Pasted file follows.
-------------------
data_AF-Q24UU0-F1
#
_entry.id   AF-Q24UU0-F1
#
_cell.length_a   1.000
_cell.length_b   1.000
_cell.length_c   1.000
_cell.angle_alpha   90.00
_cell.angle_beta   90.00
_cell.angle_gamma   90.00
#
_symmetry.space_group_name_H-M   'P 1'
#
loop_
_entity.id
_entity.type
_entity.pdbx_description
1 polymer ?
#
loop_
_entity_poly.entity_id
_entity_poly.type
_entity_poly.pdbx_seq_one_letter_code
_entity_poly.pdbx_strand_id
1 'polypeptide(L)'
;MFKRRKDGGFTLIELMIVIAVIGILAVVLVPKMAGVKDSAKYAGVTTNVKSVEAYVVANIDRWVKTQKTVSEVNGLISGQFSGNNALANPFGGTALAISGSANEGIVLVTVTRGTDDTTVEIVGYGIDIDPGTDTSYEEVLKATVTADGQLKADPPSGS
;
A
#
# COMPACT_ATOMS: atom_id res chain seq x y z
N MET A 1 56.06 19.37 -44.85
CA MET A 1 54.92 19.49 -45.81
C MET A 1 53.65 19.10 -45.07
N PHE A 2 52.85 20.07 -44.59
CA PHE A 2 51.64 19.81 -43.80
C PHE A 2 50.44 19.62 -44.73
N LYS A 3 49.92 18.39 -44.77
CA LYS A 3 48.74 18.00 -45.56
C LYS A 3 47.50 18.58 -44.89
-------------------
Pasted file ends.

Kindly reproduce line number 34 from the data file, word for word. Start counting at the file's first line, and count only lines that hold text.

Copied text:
N PHE A 2 52.85 20.07 -44.59